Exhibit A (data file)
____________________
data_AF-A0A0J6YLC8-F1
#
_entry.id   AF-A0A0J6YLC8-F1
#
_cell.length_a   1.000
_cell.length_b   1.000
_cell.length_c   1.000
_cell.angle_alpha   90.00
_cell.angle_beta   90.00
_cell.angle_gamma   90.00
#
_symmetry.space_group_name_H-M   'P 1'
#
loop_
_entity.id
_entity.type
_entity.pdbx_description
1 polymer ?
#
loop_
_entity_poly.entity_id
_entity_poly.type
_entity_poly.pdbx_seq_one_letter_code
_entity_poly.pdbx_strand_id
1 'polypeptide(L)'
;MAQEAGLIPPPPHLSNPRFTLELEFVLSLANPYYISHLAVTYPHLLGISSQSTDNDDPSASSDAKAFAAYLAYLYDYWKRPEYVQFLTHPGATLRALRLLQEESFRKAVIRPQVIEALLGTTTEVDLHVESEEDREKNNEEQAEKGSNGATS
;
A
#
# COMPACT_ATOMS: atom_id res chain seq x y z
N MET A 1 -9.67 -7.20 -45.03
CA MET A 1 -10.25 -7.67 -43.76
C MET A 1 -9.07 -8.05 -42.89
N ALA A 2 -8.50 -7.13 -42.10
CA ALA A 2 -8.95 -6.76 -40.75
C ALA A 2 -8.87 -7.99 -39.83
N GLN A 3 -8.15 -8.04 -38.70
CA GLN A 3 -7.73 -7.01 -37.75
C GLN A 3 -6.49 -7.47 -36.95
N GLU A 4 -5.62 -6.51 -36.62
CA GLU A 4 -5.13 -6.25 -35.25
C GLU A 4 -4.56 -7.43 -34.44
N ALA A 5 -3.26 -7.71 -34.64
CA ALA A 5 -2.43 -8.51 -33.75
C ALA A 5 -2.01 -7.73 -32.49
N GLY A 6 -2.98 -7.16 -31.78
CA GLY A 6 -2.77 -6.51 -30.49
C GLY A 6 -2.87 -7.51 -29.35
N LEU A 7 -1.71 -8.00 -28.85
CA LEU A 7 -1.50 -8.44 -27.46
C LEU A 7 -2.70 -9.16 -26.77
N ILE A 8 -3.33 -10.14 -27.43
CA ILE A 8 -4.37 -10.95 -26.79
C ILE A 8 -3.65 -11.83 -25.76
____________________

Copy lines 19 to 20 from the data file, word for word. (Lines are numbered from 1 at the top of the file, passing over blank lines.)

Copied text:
#
loop_